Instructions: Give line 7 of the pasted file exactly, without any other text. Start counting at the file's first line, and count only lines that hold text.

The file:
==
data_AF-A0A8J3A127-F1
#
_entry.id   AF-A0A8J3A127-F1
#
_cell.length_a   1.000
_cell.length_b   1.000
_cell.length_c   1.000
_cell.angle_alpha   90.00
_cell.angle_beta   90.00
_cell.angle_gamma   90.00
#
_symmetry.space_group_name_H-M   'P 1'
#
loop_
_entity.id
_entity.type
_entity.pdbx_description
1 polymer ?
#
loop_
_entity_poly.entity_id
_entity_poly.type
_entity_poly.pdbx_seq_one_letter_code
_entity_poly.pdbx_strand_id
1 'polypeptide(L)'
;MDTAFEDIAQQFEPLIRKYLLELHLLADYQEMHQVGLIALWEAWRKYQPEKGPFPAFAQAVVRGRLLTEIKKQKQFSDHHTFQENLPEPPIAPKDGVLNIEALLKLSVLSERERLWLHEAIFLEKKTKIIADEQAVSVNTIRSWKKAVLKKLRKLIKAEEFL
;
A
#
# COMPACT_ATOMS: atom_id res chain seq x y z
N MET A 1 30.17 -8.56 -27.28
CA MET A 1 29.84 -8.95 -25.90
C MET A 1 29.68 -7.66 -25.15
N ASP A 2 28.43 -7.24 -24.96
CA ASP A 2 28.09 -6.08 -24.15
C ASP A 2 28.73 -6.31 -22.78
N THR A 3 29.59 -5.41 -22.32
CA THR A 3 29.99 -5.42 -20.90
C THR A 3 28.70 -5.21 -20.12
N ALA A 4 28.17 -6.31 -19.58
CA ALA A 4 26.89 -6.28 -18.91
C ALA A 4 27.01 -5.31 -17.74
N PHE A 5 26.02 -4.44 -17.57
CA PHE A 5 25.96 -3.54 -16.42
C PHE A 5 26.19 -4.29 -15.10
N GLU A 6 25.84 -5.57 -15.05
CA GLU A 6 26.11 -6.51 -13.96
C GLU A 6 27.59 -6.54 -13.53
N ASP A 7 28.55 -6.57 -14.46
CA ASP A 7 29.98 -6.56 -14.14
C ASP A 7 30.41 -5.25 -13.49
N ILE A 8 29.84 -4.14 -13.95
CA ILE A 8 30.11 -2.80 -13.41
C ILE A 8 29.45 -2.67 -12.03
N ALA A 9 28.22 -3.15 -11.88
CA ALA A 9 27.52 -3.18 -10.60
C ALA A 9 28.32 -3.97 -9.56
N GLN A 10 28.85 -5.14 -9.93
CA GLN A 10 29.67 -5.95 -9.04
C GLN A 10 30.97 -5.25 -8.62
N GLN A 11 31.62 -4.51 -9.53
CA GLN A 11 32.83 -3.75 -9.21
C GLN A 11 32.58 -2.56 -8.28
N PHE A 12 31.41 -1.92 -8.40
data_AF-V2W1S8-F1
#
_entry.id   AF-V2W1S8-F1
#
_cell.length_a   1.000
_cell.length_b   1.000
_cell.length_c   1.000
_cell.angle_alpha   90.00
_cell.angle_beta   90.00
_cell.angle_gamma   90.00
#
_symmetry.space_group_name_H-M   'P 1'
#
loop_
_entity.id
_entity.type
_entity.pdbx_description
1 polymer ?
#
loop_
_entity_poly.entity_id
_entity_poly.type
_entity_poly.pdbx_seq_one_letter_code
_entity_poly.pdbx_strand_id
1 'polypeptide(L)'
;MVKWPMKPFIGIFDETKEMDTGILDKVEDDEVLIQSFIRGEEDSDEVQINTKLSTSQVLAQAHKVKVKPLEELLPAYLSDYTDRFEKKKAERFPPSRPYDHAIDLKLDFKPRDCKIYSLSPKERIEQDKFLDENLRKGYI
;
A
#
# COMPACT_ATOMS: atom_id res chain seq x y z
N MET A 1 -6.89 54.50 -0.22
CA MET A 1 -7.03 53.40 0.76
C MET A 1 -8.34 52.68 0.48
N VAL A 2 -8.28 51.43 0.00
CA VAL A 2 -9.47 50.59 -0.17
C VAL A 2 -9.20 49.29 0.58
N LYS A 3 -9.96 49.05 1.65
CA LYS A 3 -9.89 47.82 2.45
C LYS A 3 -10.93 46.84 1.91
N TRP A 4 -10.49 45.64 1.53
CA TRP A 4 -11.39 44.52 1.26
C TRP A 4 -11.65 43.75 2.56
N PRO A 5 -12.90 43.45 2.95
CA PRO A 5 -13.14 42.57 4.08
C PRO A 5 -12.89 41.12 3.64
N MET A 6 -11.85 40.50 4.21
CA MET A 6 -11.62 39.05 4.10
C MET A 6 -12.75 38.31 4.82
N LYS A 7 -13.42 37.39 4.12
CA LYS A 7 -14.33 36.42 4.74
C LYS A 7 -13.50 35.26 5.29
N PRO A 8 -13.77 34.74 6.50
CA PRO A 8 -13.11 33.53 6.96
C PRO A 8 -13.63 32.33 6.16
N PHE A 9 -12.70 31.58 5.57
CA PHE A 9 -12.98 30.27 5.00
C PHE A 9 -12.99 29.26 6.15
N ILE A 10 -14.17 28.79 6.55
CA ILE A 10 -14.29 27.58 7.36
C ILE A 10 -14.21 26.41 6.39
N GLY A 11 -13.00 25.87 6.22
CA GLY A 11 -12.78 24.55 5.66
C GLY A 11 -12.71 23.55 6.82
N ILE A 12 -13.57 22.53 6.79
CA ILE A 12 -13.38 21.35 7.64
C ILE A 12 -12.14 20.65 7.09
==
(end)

_cell.length_c   1.000